Post Colonial Impact in Anita Desai’s in Custody

1 January 2017

The aim of the two characters is to save great Urdu language in the postcolonial era but both of them have experienced in a negative way. The novelist linked the middle class rural Hindi lecturer and the yesteryear famous poet Nur in connection with the love of Urdu language. Life of Deve and Urdu Langauge Deven Sharma is a Hindi lecturer in a college at Mirapore, a small town. He is the central character of the novel. He is from middle class family. His father was a school teacher and also lover of Urdu language. Due to the influence of his father, he learned Urdu language.

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Deven married to Sarla who is simple and away from her husband’s literary taste and caliber. He is very much interested in reading Urdu poems written by the famous Urdu poet Nur’s and also fan of him. He considered Nur as a great hero and Sovereign of Urdu language. He was very much impressed by Nur’s verses. As a teacher, Deven is not a capable person in handling the classes. Anita Desai portrays “a boring teacher, who could not command attention, let alone the regard of his unruly class” (In Custody. , 13). Deven leads mediocre life. His marriage is matchless and as a husband, he does not fulfill the family desires.

He is very much interested in establishing the endangered language Urdu instead of living present life with his wife and son Manu. His behavior towards his wife makes thing unpleasant in all circumstances in his life. In the midst of his wife, he feels as if he is a stranger, an interloper. He suffers very much in fulfilling his duty of marriage as a shameful failure. He has a little son who is very often querulous with hunger and sleeps when Deven returns from work. Once, his wife pointed out his inability of buying anything for his son. When he asked “ Where is Manu? I don’t see him. Manu! his wife arrogantly replayed “He has gone to the neighbors to show them his new clothes…. My parents have given him… (194). The novel begins with an unexpected meeting between two childhood friends Deven and Murad. Both of them have contrasting personalities and different family backgrounds. Deven is requested by Murad to interview the famous Urdu poet Nur for a “special issue” of his journal Awaz . Murad flatters and insists Deven to revive the glorious past of Urdu language and limelight the poet whom Deven loves very much by conducting the personal interview. Murad says keep alive the glorious tradition of Urdu literature.

If we do not do it, at whatever cost, how will it survive in this era of—that vegetarian monster, Hindi? ” … “That language of peasants,” Murad sneered, picking his teeth with a matchstick. “The language that is raised on radishes and potatoes … it flourishes, while Urdu—language of the court in days of royalty —now languishes in the back lanes and gutters of the city. (15) However, Deven denies Murad’s request due to some practical reasons but Murad accuses him betraying his mother- tongue by selling out his professional caliber to a rival language Hindi.

Murad mocked Deven ‘Can you serve a language by taking it up “only as your hoppy? Doesn’t it deserve more? Doesn’t it deserve a lifetime’s dedication-like mine? (16). Finally, Deven accepts the assignment and says “of course I will, Murad. (18) Meeting with the great Urdu Poet Anita beautifully portrayed how he reached Delhi to meet the great Urdu poet. He has a great imagination about the poet’s life style and he expected good reception from him. But in contrary to his expectations he was unwelcomed by the poet. He shouted “who gave you permission to disturb me? ” (41).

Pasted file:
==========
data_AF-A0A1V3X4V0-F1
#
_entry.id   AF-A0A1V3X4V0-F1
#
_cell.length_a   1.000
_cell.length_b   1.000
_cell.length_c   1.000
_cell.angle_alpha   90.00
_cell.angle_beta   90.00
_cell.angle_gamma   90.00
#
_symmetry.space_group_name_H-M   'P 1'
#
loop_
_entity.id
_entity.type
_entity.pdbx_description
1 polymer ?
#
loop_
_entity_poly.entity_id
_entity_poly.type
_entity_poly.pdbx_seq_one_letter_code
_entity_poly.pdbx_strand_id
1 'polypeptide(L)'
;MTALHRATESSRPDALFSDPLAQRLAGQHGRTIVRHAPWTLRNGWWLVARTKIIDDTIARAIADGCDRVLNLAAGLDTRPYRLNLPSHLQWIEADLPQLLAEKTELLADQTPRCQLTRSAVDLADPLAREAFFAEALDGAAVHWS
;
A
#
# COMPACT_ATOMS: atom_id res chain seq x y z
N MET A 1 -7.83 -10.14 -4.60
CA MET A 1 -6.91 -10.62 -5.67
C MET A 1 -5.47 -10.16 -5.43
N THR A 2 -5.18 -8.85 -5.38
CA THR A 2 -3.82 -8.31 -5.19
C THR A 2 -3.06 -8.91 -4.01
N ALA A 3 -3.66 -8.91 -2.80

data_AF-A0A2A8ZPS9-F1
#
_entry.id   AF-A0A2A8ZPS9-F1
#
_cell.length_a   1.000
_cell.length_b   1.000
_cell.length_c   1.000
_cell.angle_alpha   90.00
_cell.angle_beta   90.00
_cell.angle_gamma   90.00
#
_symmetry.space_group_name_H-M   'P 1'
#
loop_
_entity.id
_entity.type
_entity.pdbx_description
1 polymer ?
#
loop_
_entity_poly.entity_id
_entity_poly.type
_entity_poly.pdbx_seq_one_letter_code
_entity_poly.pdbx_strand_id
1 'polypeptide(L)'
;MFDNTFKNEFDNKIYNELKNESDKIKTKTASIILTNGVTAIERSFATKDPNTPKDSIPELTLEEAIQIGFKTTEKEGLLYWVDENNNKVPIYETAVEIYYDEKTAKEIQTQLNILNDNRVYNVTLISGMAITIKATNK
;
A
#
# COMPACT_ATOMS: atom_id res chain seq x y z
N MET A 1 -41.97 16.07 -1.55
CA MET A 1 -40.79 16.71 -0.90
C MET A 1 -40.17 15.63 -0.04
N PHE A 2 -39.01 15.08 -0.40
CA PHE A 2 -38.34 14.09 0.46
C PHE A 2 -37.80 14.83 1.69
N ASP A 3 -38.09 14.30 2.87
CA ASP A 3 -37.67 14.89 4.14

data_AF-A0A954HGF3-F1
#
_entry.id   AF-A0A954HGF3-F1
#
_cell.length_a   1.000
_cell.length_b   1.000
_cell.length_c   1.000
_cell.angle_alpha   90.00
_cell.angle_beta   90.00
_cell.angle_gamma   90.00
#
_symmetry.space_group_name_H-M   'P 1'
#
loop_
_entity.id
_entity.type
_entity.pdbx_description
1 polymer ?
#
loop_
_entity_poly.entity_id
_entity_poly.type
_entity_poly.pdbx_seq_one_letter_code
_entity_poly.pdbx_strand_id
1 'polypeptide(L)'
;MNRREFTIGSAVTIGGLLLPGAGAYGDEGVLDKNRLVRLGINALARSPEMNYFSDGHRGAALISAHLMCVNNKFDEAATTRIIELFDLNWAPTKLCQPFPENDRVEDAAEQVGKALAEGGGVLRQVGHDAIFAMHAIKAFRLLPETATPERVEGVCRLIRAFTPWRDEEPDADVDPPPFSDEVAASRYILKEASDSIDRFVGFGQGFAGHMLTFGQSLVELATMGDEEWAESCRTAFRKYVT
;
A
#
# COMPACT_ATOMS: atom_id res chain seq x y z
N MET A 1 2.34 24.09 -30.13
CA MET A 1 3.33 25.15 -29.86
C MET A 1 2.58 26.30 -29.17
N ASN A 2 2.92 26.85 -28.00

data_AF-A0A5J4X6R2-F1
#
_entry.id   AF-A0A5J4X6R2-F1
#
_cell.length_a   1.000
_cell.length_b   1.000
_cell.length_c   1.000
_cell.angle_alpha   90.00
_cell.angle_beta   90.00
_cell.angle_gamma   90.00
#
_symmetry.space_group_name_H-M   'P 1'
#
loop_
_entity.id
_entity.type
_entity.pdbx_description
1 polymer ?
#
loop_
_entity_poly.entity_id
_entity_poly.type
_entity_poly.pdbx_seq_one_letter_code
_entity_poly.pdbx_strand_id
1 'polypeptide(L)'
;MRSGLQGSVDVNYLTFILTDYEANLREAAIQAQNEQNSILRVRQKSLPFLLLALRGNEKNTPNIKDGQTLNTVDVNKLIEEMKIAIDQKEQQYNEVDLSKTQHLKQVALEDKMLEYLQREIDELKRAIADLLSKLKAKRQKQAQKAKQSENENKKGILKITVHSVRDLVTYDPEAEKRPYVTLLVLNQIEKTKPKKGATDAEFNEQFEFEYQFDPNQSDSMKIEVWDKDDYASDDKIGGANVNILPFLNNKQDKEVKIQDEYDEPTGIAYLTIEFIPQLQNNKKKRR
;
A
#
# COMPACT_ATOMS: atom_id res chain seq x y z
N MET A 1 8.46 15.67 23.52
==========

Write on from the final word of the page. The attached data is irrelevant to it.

Deven explained that his friend Murad asked him to interview the great poet for the special issue on Urdu poetry. He said “It is a great honour for me sir, a great privilege” (41). Nur gets angry and says: “Urdu poetry?… How can there be Urdu poetry when there is no Urdu language left? It is dead, finished” (42). Nur criticizes Deven’s job as a Hindi lecturer. He mocked that the Hindi is given more important than Urdu in the postcolonial era. He says “Those Congress- Wallahs have set up Hindi on top as our ruler” (42). Deven explained his love for Urdu language.

He says “I studied Urdu, sir, as a boy, in Lucknow. My father, he was a schoolteacher, a scholar, and a lover of Urdu poetry. He taught me the language. But he died …I was sent to the nearest school, a Hindi medium school, sir (43). Anita metaphorically, described how Urdu has been replaced after independence. The dead of Deven’s father is symbolically represents the decay of Urdu language. Further, Deven explains how he is trapped into his disinterest job as Hindi lecturer. He says “I took my degree in Hindi, sir and now I am temporary lecturer…it is my living sir. You see I am a married man, a family man.

But I still remember my lessons in Urdu… If it were not for the need to earn a living, I would- I would” (43). Desai revealed that the strong aspiration of Deven is to save endangering language in any form. The poet does his routine work with hearing Deven and shouting his assistant and nobody cares Deven, “he felt reluctant to leave without seeing Nur once again and making one more sincere and positive effort to arrange the interview” (50). Deven finds Nur’s merciless wives and their behavior towards the poet. Nur’s wife says to Deven “Aren’t you willing to do that for your-your hero?

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